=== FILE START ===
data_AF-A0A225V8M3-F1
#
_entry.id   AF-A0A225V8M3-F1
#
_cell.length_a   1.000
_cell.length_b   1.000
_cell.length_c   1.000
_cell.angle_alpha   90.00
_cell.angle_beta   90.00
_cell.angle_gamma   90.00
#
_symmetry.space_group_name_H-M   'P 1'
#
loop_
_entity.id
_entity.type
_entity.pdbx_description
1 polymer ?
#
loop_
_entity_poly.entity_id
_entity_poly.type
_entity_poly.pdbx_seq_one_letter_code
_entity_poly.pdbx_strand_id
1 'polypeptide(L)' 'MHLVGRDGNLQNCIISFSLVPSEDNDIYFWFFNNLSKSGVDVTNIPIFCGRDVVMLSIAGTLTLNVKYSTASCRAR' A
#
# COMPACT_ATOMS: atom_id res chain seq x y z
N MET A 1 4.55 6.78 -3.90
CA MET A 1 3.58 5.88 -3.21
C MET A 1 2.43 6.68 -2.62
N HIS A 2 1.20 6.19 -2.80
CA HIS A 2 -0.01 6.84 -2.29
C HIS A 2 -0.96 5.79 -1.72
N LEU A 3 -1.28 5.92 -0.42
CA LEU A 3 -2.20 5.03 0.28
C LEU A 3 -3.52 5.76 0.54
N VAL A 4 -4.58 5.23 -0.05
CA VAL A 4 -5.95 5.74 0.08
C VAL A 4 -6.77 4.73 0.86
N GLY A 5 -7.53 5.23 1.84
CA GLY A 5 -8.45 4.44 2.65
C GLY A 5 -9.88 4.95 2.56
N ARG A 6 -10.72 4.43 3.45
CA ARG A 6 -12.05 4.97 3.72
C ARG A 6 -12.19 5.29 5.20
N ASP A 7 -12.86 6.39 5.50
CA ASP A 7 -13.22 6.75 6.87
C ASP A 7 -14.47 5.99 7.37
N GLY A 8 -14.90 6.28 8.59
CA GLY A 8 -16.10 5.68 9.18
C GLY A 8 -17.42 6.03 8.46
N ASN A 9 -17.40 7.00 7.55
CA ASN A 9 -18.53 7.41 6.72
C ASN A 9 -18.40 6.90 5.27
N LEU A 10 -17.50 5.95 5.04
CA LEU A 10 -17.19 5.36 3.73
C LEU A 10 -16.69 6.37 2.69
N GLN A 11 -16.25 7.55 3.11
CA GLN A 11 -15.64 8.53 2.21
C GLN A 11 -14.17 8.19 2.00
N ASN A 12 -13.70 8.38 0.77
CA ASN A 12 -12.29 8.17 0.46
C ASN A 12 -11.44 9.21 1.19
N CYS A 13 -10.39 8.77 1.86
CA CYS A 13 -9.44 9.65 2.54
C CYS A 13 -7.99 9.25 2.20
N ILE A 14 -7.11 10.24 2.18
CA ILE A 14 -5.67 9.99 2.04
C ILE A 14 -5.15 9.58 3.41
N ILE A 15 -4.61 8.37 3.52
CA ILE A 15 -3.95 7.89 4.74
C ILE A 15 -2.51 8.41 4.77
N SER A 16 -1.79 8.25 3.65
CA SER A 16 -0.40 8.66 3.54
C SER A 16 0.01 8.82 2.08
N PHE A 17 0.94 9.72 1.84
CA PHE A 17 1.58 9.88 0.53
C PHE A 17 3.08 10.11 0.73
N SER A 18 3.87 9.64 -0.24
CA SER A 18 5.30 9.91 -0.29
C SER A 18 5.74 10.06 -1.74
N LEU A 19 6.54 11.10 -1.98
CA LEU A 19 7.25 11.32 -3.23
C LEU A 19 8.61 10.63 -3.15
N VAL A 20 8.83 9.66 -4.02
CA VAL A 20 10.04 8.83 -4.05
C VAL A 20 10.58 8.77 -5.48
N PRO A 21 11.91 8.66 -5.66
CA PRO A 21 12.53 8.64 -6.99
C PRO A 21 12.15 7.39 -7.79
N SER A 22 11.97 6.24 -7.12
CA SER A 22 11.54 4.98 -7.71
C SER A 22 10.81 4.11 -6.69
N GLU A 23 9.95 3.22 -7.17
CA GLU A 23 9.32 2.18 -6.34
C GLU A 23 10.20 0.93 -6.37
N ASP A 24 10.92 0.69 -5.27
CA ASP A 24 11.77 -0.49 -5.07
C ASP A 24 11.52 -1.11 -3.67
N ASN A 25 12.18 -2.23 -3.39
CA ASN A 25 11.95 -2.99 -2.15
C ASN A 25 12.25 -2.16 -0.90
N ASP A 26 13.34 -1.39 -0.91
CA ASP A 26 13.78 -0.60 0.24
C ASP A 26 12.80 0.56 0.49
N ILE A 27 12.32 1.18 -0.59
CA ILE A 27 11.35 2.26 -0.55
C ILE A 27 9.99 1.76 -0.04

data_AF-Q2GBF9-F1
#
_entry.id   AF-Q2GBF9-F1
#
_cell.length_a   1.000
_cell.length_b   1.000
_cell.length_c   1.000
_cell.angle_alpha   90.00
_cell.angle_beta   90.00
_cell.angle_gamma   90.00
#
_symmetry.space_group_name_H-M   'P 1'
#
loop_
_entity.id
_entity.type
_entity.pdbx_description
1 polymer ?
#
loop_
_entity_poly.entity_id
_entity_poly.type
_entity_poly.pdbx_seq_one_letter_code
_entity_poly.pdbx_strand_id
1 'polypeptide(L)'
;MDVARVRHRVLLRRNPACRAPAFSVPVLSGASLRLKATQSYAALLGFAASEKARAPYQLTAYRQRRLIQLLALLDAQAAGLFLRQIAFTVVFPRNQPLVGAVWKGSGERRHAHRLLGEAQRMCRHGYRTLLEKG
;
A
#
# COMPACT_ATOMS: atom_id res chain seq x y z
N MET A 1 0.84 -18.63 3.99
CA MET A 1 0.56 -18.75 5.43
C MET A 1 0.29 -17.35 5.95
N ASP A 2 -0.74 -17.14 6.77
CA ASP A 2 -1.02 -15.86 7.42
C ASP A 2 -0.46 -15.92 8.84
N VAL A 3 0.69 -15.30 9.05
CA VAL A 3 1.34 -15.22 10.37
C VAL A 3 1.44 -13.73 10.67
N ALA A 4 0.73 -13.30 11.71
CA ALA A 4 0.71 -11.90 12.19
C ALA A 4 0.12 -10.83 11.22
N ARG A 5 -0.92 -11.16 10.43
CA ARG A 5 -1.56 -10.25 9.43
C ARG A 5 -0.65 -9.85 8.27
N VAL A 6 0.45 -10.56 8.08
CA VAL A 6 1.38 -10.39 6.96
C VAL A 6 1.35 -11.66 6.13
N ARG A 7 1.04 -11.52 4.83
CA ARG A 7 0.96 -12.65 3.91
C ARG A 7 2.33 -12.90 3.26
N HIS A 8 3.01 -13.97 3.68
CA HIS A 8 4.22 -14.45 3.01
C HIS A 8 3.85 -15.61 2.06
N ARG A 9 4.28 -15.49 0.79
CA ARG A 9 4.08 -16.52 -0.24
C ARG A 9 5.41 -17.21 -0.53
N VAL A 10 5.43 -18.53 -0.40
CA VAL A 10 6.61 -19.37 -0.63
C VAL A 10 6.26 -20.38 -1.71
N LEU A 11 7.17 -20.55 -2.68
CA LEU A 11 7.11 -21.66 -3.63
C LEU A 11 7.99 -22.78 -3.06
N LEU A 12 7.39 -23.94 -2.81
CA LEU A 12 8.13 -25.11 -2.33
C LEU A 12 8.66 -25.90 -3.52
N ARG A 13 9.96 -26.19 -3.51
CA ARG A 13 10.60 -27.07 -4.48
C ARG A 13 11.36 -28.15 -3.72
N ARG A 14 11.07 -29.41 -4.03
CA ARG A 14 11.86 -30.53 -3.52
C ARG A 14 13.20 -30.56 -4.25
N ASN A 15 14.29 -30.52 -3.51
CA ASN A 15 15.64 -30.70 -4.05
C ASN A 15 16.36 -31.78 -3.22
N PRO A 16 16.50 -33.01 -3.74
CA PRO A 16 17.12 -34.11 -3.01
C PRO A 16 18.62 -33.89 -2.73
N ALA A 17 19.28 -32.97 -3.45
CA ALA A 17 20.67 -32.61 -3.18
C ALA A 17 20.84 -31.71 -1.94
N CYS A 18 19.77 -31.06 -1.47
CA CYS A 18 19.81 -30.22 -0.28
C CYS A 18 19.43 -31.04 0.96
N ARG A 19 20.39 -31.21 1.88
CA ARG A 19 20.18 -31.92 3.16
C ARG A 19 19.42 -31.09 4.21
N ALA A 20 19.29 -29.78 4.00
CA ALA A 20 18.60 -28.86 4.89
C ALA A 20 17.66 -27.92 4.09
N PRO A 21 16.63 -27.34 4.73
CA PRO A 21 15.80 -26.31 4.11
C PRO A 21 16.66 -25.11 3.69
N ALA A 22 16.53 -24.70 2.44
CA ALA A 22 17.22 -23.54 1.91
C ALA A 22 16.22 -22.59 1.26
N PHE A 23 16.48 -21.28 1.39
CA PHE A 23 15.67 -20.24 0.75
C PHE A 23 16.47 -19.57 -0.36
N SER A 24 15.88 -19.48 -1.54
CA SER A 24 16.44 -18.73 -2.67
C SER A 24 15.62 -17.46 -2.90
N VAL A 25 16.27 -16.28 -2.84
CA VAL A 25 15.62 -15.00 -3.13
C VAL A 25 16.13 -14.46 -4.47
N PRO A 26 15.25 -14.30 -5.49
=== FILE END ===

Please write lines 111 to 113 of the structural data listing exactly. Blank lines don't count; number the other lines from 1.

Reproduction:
_entry.id   AF-Q2GBF9-F1
#
_cell.length_a   1.000